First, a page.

Why inequality arises under capitalism and how we fix it

By the time the reader of this article reaches the last sentence, it is likely that Jeff Bezos will have made well over a million dollars. Bezos currently has a net worth of 201 billion dollars meaning that it would take the average American worker over 3.5 million years to become as rich as he is now. While Bezos is admittedly only one example, and an extreme one at this, the outlandish amount of wealth that he has been able to accumulate is the the result of a deep injustice that underlies the economic systemic under which we live. This injustice has defined global capitalism since its inception over 200 years ago. In order to create an economy that distributes wealth in a fair and equitable manner, and ensure that democracies around the world thrive, its essential that first understand the current state of economic inequality under capitalism and its causes, then understand why inequality naturally arises under capitalism, and finally explore potential solutions to inequality.


Economic inequality has existed since the dawn of capitalism, and has steadily risen over the past century to reach the unprecedented levels it is at now. According to the Credit Suisse’s Global Wealth Report, the top 1% of the global population own almost half of all wealth while the top 10% own close to 80%, and the bottom 50% of people in the world only held 1.4 percent of all wealth. To reiterate that’s half of the planet currently living off close to 1% of the wealth. What the report classifies as “high net worth individuals” people with a net worth of over 30 million dollars, hold close to ten percent of all wealth while comprising only 0.002% of the population. The current level of global economic inequality is worse than at any time in history for which data is available. The human consequences of this have been dire. Anthropologist Jason Hickel’s latest report on global poverty showed that the number of people living on less than 5 dollars a day has increased by over one billion in the last thirty years alone, Another academic paper recently published by the London School of Economics found over 4 billion people remain in poverty today, 2 billion of which are currently going hungry, more than at any other time in history. Aside from the severity of poverty and hunger in the world, this inequality also has an extremely adverse effect on the functioning of democracies, the United States itself being an excellent example of this. According to a study published by Cambridge University in which the effect of various groups upon public policy was weighed, they found that there was “little or no correlation between the policy positions of the average American and public policy” while they found a quote “consistent and direct correlation between the policy positions of economic elites and public policy”. This study points to how the beneficiaries of the grotesque inequality are using their wealth and influence in order to manipulate government officials and undermine democracy itself through campaign funding and lobbying. But, in order to understand how we got to this point, we must examine the works of two major economists, one who sought to reveal how wealth is created under capitalism and one who recently sought to reveal how inequality occurs under capitalism.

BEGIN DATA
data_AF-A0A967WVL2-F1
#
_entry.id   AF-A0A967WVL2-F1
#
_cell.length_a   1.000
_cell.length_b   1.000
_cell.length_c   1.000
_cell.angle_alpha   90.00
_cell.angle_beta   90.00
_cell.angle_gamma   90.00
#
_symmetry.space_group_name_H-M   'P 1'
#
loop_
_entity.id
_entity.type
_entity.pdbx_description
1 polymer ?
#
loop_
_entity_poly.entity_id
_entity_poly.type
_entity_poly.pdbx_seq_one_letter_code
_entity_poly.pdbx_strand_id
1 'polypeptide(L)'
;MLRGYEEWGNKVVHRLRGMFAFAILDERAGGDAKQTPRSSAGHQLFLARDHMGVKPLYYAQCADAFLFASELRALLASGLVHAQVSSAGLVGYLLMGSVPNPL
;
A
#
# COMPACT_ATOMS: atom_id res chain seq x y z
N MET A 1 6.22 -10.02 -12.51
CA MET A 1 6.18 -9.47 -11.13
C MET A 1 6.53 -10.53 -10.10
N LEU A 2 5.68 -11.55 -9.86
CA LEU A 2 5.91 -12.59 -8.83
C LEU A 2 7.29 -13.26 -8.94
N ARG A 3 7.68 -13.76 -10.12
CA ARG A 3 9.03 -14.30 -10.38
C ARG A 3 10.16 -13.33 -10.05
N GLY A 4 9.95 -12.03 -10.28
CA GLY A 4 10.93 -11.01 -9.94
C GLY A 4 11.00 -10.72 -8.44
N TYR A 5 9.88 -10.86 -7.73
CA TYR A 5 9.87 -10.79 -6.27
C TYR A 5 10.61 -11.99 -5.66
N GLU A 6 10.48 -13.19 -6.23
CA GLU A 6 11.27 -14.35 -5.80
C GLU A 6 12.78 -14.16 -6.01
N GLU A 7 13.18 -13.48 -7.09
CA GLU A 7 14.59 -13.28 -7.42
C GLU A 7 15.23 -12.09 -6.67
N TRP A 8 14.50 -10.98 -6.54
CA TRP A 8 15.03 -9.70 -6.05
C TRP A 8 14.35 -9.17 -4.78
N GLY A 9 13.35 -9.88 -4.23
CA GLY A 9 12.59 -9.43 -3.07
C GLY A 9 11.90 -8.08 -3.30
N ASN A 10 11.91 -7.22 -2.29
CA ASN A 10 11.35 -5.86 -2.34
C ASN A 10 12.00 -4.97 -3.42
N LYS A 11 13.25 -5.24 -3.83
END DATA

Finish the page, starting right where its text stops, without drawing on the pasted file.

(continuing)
Adam Smith, who wrote during the first industrial revolution and the onset of capitalism in Europe, emphasized how the practice of division of labor allowed productivity to increase by making workers more adept at performing tasks, saving time by removing the necessity of switching between tasks, and how the introductions of new technologies allowed workers to perform tasks faster. Smith was also not afraid to confront the drawbacks of the division of labor either. In his book the Wealth of Nations, he stated, “In the progress of the division of labor, the employment of the great body of the people comes to be confined to a very few simple operations. The man whose whole life is spent performing a few simple operations generally becomes as stupid and ignorant as it is possible for a human being to be. His dexterity at his own particular trade seems to be inquired at the expense of his intellectual, social, and martial virtues.” Economist Stephen Marglin pointed out that Adam Smith’s account of the division of labor, while descriptively correct, was nevertheless incomplete as it did not take the role of the capitalist in organization into consideration. Marglin highlights numerous examples where the methods of production in independent cottage industries were at least as productive as in factories, which led European governments to impose a variety of legal restrictions that forced people to work for capitalists in order to meet their basic needs. Smith’s writings, with the addition of Marglin’s expansion on the role of capitalists in organization gives us an insight into how wealth is created in a capitalist economy. The appropriation of surplus by capitalists and their continuous investment into new technology, has led to increasing levels of economic growth. Smith’s insights on production allow us to understand wealth creation as a collective process that is taken up by a number of different groups all contributing to production. Why then, do some people benefit so immensely from these economic activities while others do not?